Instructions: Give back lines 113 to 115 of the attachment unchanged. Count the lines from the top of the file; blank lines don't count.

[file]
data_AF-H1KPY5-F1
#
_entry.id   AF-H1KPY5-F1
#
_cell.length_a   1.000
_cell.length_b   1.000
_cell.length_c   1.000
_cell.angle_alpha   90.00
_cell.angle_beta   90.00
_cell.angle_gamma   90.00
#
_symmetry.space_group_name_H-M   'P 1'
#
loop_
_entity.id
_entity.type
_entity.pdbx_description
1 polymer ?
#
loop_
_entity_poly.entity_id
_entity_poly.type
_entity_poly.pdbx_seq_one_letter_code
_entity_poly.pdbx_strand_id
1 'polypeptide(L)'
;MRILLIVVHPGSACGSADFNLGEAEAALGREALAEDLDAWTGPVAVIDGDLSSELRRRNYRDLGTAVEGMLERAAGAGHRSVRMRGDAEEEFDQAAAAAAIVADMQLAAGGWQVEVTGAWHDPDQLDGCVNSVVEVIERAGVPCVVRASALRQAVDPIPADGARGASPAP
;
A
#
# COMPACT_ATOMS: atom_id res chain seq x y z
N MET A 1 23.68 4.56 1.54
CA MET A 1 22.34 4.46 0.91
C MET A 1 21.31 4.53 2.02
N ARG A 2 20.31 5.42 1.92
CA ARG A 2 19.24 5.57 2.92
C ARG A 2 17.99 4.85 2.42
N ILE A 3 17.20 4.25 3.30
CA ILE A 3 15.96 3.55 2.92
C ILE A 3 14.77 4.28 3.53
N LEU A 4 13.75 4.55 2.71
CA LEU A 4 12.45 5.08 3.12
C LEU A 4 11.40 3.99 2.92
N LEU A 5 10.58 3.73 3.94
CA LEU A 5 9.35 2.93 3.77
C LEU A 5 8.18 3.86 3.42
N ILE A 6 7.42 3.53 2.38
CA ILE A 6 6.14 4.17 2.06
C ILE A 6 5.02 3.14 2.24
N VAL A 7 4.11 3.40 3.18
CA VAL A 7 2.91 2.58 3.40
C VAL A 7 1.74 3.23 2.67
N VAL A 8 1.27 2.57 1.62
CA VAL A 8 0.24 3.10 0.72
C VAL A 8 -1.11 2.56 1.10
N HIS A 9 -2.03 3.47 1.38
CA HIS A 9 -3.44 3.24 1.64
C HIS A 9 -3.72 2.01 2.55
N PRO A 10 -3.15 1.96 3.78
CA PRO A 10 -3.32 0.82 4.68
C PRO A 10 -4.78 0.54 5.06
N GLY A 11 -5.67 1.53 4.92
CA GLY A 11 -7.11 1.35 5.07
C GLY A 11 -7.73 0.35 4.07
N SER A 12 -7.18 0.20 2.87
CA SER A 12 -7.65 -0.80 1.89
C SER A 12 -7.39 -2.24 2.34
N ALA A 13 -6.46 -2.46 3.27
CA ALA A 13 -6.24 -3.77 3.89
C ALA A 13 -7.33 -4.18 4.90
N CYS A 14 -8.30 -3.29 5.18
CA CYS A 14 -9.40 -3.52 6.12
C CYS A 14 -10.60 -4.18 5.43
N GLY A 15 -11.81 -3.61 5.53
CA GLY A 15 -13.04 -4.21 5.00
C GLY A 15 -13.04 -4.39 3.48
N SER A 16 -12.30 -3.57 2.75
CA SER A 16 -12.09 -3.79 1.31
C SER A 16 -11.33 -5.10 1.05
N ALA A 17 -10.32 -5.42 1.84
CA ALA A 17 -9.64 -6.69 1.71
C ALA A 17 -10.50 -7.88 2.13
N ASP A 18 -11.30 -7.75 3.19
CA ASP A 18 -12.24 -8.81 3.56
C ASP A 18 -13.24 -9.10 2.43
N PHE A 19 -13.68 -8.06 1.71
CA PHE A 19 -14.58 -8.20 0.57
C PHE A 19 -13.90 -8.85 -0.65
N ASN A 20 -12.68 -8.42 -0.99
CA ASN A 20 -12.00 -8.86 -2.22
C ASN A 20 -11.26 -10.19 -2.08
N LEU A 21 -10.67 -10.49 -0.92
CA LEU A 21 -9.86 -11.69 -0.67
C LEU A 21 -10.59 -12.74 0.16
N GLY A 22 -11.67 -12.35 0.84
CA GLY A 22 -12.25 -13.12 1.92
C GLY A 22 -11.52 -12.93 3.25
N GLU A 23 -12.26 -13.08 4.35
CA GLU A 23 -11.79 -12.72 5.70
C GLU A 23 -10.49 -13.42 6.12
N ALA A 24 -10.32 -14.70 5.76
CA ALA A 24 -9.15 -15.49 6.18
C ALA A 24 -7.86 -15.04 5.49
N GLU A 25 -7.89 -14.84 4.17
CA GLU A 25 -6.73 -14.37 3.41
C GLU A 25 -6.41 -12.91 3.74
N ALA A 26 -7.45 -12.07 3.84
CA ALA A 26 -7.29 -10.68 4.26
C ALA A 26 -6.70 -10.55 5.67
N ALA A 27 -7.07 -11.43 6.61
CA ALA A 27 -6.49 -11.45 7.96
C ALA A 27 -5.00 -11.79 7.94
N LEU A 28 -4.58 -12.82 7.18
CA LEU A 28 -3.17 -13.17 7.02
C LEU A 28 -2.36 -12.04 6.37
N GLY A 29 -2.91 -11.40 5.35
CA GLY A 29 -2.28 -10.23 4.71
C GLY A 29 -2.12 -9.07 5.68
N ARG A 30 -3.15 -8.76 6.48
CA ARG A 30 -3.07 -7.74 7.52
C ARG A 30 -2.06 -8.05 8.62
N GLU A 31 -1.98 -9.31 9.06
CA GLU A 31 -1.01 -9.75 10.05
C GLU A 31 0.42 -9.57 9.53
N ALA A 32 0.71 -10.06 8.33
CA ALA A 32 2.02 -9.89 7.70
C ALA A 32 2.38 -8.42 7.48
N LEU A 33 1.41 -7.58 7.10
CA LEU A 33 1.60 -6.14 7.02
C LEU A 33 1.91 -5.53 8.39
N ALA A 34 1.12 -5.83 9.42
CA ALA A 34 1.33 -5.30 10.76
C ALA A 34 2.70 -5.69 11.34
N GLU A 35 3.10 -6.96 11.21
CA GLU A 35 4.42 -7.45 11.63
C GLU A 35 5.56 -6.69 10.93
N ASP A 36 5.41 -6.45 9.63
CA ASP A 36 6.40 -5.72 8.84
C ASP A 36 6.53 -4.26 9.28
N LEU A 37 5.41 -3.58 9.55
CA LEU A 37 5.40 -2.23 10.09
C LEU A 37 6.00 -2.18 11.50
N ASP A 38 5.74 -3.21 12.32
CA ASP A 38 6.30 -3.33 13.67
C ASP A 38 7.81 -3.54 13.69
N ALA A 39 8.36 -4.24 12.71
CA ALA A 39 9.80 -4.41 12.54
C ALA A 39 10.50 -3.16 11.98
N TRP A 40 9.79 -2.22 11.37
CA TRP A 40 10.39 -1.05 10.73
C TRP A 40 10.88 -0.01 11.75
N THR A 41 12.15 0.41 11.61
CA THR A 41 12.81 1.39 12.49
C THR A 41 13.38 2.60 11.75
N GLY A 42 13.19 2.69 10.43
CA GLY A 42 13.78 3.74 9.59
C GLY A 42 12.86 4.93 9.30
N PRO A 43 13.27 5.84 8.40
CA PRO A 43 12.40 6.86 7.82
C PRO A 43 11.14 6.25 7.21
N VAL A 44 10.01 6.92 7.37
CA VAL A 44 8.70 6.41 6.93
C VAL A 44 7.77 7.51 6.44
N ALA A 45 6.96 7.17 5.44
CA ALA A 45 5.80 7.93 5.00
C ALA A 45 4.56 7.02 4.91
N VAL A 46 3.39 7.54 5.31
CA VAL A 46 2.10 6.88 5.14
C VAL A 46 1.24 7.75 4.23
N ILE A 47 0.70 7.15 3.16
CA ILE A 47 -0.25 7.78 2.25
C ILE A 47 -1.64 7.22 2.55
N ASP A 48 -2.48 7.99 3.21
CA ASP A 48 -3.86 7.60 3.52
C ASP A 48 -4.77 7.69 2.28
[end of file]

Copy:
CA LEU A 28 -3.17 -13.17 7.02
C LEU A 28 -2.36 -12.04 6.37
N GLY A 29 -2.91 -11.40 5.35